This course offered early career scientists and PhD students to gain practical skills of working safely and effectively in the polar regions. This presented itself as an ideal opportunity to learn how to apply my theoretical research ideas into practicality in preparation for grant applications. The course, hosted by NERC’s British Antarcic Survey polar experts, helped participants to translate their exciting scientific ideas into safe, achievable and effective field plans. A theoretical 3 day course element was held in The Univeristy of Cambridge’s Madingley Hall and then a practical 3 day element was carried out in Svalbard using NERC’s base in Ny Ålesund (79°N).
Aspects which were of particular interest to me included information on developing comprehensible and achievable field plans; legal, poloitical and environmental obligations; practical examples on logistical operations around your planned fieldwork; remote sensing resources; making your scietific equipment cold proofed for transit; field survey and collections and the use of small boats (look out for icebergs!). Above all else this course offered an appreciation for how much field work you can really achieve in the field under extremely cold conditions in comparison to much warmer temperate regions – much less!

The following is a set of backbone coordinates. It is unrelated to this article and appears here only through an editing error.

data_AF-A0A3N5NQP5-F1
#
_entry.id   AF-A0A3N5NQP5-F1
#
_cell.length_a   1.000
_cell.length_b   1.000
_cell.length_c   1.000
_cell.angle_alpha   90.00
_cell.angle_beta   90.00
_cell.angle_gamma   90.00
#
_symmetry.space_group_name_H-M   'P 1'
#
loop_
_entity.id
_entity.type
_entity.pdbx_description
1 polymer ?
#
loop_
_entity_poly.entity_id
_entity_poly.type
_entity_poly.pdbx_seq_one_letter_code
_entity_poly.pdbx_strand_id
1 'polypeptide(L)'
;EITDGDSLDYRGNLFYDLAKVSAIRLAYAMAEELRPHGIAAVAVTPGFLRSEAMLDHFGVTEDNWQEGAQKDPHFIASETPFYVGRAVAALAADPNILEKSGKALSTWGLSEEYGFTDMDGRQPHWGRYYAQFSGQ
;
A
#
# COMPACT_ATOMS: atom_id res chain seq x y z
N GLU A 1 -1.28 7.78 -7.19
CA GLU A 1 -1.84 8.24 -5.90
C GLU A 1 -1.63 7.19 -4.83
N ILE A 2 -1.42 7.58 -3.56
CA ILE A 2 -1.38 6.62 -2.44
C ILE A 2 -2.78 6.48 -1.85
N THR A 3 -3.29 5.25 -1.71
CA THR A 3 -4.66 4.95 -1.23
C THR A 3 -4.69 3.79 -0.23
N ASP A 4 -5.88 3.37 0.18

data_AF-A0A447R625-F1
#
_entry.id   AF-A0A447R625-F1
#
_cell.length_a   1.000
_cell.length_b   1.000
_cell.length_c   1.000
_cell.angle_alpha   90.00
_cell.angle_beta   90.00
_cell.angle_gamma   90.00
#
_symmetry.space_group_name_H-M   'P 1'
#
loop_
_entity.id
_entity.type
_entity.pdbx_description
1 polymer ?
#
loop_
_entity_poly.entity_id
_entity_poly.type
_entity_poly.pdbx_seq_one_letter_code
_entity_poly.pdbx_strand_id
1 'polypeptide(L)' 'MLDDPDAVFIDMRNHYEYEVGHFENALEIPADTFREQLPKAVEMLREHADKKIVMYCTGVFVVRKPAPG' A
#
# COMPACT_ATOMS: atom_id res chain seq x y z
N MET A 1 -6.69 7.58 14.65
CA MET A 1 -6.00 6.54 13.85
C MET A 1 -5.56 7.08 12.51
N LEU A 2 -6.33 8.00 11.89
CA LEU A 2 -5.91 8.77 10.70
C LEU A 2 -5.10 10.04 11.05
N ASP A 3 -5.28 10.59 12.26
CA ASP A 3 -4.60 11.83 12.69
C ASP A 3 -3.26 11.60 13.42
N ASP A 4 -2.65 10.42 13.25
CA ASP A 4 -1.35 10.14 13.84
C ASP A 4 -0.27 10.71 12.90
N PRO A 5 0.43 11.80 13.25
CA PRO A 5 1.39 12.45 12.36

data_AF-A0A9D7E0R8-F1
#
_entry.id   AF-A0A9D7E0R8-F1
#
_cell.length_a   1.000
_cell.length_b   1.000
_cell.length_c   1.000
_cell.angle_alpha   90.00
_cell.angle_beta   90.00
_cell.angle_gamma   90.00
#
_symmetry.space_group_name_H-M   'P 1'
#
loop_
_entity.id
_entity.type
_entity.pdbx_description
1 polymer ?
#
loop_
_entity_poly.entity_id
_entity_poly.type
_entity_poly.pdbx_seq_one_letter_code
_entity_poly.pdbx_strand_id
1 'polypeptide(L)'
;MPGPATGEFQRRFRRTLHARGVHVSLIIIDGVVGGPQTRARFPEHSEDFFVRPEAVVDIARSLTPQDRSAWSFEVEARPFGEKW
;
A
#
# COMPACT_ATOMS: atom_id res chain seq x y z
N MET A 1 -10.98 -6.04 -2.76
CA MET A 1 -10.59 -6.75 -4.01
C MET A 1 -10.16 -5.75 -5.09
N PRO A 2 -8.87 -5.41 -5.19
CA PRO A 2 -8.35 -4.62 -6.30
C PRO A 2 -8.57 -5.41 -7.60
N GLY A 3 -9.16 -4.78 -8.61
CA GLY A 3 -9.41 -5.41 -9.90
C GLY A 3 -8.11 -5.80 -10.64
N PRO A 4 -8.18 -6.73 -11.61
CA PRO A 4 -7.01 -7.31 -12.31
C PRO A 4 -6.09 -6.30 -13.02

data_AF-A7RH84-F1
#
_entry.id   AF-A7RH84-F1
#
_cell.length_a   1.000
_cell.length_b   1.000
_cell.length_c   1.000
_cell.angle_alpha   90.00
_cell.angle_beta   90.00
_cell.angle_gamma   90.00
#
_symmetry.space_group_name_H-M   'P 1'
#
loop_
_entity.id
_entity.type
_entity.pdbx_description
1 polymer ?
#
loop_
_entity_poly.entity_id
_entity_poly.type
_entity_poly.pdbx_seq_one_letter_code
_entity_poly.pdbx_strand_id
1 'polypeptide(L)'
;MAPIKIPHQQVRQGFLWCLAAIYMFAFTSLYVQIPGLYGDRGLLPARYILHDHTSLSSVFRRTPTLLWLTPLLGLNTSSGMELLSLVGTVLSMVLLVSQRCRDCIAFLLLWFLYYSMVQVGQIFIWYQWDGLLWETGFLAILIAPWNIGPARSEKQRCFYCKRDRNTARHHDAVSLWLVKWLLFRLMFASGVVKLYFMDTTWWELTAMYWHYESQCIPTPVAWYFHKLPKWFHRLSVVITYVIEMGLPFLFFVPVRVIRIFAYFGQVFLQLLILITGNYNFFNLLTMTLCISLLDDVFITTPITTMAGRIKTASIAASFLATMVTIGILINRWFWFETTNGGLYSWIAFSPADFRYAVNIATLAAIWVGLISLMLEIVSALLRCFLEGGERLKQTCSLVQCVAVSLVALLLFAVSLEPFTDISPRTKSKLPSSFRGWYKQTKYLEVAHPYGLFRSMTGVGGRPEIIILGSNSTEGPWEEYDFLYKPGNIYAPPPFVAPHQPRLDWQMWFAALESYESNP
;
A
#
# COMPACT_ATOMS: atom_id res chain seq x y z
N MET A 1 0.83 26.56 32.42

The reality of global climate change was incredibly sobering while present in the Arctic – apparently Kingsfjorden has not experienced sea ice since 2006! A fact I find extremely saddening.
For more details on the course please visit the British Antarctic Survey’s website. This course may be run again in the near future so keep an eye on their training updates!